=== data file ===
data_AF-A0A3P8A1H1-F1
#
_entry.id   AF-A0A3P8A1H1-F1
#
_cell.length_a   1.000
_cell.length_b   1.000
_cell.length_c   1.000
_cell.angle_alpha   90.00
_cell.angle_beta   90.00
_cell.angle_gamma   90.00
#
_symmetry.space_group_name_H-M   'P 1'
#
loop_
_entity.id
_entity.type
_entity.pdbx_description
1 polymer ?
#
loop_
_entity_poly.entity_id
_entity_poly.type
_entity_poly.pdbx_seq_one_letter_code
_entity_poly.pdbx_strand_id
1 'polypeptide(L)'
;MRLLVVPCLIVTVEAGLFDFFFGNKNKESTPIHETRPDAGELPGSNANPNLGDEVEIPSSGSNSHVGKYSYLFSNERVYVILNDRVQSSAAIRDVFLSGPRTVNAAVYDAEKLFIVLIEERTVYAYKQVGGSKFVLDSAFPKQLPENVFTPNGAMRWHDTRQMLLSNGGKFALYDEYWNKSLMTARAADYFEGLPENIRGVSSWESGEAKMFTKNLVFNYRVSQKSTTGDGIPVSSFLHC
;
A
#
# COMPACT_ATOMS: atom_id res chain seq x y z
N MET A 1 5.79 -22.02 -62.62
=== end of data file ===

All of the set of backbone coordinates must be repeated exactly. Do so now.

data_AF-A0A3P8A1H1-F1
#
_entry.id   AF-A0A3P8A1H1-F1
#
_cell.length_a   1.000
_cell.length_b   1.000
_cell.length_c   1.000
_cell.angle_alpha   90.00
_cell.angle_beta   90.00
_cell.angle_gamma   90.00
#
_symmetry.space_group_name_H-M   'P 1'
#
loop_
_entity.id
_entity.type
_entity.pdbx_description
1 polymer ?
#
loop_
_entity_poly.entity_id
_entity_poly.type
_entity_poly.pdbx_seq_one_letter_code
_entity_poly.pdbx_strand_id
1 'polypeptide(L)'
;MRLLVVPCLIVTVEAGLFDFFFGNKNKESTPIHETRPDAGELPGSNANPNLGDEVEIPSSGSNSHVGKYSYLFSNERVYVILNDRVQSSAAIRDVFLSGPRTVNAAVYDAEKLFIVLIEERTVYAYKQVGGSKFVLDSAFPKQLPENVFTPNGAMRWHDTRQMLLSNGGKFALYDEYWNKSLMTARAADYFEGLPENIRGVSSWESGEAKMFTKNLVFNYRVSQKSTTGDGIPVSSFLHC
;
A
#
# COMPACT_ATOMS: atom_id res chain seq x y z
N MET A 1 5.79 -22.02 -62.62